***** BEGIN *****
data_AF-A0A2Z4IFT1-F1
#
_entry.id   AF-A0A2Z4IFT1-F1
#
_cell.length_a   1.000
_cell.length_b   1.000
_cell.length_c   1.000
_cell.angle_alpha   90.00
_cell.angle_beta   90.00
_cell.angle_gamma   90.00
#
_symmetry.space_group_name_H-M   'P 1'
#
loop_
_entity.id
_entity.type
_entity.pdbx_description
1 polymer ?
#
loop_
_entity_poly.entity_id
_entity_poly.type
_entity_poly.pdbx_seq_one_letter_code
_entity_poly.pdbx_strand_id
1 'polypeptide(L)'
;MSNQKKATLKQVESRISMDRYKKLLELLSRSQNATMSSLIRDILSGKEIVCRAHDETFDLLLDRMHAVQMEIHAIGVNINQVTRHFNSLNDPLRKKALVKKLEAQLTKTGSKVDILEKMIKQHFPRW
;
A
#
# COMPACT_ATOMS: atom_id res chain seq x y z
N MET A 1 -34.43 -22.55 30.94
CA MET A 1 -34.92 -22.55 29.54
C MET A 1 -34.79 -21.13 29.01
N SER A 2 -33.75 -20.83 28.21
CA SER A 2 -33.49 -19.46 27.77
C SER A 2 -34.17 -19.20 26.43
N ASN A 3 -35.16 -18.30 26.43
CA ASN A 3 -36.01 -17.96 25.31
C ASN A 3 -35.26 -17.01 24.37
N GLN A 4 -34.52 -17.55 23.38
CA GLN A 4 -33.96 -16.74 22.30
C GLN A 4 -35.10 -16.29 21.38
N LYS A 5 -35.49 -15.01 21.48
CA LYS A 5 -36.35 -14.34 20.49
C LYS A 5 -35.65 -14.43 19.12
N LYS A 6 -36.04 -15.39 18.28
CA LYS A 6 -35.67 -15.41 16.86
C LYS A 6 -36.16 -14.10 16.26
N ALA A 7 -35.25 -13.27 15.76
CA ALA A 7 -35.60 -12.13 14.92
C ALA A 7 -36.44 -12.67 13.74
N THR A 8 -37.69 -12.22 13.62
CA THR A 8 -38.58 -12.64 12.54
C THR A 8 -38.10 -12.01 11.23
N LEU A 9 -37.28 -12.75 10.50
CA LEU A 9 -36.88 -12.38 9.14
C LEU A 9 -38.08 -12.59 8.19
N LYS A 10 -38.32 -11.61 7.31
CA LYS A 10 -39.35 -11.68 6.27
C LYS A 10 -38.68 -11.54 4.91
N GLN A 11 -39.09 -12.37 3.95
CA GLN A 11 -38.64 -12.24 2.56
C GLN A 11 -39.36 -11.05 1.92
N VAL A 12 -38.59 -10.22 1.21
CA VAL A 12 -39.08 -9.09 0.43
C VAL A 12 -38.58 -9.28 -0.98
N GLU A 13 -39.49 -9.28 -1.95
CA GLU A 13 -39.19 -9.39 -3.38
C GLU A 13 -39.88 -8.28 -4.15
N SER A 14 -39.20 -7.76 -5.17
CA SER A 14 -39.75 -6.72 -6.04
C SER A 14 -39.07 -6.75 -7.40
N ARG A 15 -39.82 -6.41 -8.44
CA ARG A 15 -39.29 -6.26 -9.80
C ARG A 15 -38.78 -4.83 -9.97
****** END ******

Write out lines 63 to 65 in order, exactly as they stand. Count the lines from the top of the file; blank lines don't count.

C GLN A 11 -39.36 -11.05 1.92
N VAL A 12 -38.59 -10.22 1.21
CA VAL A 12 -39.08 -9.09 0.43